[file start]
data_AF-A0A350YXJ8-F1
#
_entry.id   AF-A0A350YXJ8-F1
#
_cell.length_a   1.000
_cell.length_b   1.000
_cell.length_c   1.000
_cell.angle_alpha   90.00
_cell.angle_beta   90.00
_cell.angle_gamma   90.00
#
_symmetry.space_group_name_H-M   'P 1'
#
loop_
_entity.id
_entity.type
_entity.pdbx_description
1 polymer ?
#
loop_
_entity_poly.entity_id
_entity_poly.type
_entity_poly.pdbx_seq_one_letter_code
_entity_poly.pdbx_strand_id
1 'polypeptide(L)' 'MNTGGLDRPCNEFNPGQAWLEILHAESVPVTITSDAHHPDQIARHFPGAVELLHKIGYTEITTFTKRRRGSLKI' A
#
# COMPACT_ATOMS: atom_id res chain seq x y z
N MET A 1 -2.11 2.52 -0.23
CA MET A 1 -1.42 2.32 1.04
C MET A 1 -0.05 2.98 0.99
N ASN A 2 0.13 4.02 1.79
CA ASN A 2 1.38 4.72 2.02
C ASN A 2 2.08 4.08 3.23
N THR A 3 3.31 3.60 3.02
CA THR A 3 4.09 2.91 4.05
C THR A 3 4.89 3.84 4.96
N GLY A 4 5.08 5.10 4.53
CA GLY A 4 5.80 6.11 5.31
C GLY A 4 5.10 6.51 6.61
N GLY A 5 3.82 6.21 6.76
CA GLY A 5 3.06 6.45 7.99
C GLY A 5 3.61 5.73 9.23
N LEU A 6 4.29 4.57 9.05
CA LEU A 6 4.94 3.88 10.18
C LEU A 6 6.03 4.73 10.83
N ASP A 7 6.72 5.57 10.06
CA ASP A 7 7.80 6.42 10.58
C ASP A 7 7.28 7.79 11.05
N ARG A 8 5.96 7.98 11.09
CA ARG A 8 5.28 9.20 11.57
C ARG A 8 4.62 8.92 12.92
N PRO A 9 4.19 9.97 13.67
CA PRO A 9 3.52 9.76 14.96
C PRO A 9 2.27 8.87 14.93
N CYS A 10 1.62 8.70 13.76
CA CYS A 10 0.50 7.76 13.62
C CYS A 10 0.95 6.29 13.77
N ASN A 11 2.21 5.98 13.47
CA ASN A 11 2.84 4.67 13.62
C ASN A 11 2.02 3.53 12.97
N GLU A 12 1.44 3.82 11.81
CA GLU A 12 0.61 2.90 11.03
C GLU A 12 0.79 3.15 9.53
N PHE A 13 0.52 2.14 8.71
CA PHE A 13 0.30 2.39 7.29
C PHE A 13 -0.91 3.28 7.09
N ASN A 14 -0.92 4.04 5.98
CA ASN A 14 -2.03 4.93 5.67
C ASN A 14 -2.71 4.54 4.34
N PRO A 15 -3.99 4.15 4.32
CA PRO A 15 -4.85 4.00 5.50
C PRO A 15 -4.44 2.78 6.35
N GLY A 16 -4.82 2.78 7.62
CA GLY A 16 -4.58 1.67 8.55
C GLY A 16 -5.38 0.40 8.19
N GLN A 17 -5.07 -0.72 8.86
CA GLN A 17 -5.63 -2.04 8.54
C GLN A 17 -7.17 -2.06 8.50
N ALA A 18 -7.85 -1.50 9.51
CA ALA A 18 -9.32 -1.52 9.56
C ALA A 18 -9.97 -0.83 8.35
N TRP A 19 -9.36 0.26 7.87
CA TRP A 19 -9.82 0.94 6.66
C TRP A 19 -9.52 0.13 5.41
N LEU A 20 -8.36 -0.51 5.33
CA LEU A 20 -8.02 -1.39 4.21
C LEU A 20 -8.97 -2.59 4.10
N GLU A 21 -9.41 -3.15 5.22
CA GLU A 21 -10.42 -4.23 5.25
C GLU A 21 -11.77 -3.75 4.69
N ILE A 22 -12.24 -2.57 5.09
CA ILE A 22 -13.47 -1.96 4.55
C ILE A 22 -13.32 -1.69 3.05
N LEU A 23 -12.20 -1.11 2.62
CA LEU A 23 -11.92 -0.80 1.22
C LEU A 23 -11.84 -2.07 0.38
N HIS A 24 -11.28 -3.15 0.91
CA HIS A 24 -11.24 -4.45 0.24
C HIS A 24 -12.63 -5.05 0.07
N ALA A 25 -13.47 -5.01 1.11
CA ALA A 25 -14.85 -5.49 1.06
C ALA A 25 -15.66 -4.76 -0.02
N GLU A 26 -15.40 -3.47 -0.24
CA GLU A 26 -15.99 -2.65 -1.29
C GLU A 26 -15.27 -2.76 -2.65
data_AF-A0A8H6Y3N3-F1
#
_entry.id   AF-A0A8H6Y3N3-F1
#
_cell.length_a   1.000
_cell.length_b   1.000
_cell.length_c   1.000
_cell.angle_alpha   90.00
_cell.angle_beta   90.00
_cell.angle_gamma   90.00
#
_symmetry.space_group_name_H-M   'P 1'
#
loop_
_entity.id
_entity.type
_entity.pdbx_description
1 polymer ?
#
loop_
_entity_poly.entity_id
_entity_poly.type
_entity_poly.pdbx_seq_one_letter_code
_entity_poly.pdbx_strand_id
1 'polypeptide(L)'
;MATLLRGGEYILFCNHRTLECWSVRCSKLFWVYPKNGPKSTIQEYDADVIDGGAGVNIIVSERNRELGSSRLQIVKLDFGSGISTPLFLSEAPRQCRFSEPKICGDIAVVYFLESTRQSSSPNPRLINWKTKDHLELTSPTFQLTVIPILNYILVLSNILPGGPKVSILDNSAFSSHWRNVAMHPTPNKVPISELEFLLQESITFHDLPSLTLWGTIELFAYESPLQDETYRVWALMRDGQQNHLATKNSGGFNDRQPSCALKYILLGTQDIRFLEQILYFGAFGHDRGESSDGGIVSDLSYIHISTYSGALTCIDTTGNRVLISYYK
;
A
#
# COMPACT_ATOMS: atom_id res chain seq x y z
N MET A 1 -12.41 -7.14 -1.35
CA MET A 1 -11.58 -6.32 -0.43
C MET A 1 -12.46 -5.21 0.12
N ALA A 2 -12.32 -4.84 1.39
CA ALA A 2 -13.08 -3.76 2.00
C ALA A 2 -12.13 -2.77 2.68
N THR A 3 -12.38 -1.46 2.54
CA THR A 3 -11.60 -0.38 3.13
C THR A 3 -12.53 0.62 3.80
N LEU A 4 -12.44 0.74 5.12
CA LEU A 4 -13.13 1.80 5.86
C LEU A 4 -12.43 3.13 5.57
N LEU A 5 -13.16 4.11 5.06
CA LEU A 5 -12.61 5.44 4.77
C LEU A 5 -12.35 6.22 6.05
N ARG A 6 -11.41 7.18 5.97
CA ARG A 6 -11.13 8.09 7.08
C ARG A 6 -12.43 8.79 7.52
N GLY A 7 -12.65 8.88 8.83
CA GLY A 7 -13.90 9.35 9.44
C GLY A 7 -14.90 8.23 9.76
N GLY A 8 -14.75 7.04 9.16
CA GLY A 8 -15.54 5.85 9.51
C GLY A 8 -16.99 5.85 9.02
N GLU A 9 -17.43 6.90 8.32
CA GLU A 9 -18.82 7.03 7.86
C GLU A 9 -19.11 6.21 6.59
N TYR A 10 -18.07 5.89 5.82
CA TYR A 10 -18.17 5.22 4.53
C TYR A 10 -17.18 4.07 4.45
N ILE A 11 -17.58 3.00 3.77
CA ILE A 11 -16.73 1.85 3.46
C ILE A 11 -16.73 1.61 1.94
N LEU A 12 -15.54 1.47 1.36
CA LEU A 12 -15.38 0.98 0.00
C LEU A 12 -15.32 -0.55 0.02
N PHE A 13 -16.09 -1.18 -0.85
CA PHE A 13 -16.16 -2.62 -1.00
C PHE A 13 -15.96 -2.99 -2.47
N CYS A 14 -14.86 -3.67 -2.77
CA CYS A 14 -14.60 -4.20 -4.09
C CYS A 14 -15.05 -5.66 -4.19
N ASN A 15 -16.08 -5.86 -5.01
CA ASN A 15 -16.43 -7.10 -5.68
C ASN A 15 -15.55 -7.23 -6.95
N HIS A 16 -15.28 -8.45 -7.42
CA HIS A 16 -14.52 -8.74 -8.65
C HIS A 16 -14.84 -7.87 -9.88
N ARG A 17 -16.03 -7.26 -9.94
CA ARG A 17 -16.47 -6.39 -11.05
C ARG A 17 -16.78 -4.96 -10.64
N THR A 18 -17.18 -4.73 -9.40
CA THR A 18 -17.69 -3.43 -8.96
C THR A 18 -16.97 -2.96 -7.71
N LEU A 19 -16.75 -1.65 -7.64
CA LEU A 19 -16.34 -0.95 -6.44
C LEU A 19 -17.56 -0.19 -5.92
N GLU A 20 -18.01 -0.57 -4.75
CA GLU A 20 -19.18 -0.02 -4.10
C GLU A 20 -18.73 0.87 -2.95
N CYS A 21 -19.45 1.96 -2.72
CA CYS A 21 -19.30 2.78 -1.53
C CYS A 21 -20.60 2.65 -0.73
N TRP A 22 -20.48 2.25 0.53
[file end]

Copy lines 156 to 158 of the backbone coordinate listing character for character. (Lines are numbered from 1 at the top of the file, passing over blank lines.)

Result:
C GLY A 7 -14.90 8.23 9.76
N GLY A 8 -14.75 7.04 9.16
CA GLY A 8 -15.54 5.85 9.51